A Plan to Help Harlem Students Build Wealth: Start Them Off With $10,000

A New York City nonprofit group, flush with millions in private capital, is piloting a first-of-its-kind savings program to address the racial wealth gap — by giving thousands of students in Harlem $10,000 each to invest.

The Harlem Children’s Zone, an influential anti-poverty organization, said it is raising $300 million for an initiative called Wealth Builds that will launch in Upper Manhattan, where the group operates, and expand to 10 other cities, including Atlanta and Minneapolis.

The group said it has already raised enough money to provide the funds to more than 2,200 youths: the entire student body at two charter schools it runs called Promise Academy, from kindergarten to 12th grade.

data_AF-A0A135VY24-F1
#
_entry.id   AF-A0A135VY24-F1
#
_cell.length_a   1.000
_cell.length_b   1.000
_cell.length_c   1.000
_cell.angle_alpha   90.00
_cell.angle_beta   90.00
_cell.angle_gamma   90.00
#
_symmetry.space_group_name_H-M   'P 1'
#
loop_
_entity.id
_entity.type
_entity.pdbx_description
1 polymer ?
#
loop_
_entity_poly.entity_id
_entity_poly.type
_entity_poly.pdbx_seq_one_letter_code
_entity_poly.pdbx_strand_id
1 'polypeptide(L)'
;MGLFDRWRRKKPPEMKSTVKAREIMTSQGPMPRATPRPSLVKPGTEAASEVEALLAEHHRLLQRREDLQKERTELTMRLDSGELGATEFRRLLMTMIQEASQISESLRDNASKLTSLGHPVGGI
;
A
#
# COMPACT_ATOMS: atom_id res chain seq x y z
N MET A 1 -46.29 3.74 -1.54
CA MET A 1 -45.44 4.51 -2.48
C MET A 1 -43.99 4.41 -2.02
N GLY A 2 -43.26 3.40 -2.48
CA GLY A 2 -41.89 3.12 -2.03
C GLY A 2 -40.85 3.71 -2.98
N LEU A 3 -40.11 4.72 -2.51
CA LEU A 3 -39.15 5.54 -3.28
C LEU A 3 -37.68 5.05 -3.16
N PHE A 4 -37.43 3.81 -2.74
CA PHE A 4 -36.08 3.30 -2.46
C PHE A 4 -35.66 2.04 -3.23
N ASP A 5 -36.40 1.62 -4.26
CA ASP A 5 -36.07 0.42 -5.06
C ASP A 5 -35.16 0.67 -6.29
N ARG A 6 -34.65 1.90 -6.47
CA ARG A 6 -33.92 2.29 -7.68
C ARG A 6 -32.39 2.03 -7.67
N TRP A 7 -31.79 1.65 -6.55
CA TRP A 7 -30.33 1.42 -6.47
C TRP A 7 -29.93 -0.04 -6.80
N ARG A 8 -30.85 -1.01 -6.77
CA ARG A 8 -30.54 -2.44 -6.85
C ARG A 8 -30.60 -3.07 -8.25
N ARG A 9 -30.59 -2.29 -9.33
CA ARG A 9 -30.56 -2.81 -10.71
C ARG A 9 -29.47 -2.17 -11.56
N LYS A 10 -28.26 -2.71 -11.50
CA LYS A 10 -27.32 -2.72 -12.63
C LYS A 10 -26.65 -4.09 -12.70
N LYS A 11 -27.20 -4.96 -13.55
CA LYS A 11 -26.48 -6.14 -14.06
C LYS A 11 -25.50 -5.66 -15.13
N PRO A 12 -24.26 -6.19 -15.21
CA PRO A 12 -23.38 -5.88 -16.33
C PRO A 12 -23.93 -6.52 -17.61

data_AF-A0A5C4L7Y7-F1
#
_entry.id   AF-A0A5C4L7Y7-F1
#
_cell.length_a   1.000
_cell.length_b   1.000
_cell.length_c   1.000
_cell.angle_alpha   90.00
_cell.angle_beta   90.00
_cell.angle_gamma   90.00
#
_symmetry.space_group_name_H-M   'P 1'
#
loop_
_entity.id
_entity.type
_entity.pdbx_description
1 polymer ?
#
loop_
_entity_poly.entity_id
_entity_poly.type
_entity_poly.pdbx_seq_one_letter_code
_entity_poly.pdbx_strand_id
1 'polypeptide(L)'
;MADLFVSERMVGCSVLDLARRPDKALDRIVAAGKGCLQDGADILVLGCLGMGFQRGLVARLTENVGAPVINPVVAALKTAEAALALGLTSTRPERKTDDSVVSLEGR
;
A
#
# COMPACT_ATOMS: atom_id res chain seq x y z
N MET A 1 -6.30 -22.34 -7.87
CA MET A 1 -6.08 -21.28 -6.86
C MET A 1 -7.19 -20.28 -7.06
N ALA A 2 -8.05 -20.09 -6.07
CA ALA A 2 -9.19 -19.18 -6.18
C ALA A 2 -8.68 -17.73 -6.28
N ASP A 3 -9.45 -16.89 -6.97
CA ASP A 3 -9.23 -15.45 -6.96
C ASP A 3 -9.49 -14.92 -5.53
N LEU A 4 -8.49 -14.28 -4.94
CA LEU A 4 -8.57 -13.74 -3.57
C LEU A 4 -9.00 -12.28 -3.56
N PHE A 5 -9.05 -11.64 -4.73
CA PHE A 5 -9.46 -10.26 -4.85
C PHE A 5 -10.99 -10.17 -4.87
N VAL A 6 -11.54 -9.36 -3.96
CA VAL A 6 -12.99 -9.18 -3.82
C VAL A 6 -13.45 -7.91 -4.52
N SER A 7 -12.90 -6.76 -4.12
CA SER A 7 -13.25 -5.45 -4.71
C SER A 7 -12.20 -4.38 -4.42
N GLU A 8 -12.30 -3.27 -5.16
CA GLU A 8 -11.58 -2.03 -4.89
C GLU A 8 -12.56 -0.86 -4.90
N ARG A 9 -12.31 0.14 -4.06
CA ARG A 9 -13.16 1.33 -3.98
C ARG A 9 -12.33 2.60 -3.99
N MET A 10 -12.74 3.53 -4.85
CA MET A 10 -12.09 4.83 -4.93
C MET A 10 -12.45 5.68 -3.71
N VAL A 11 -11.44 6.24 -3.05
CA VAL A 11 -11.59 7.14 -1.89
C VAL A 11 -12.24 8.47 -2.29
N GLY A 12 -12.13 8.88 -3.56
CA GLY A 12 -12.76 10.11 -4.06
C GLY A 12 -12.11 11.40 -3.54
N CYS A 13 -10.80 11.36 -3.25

And most of the students don’t know it yet.

“The parents will definitely lose their minds,” Kwame Owusu-Kesse, the nonprofit’s chief executive, said with a smile, after a tour of one of the schools.

A kindergartner enrolled this year in the program could expect the $10,000 allotment, which will be controlled by professional money managers, to accrue interest of about 5 percent a year, Mr. Owusu-Kesse said. At the age of 25, the student could have roughly $26,000 in savings.

Admittance into the Promise Academy schools is decided through a lottery system with preference given to the local district, which is predominantly lower income.

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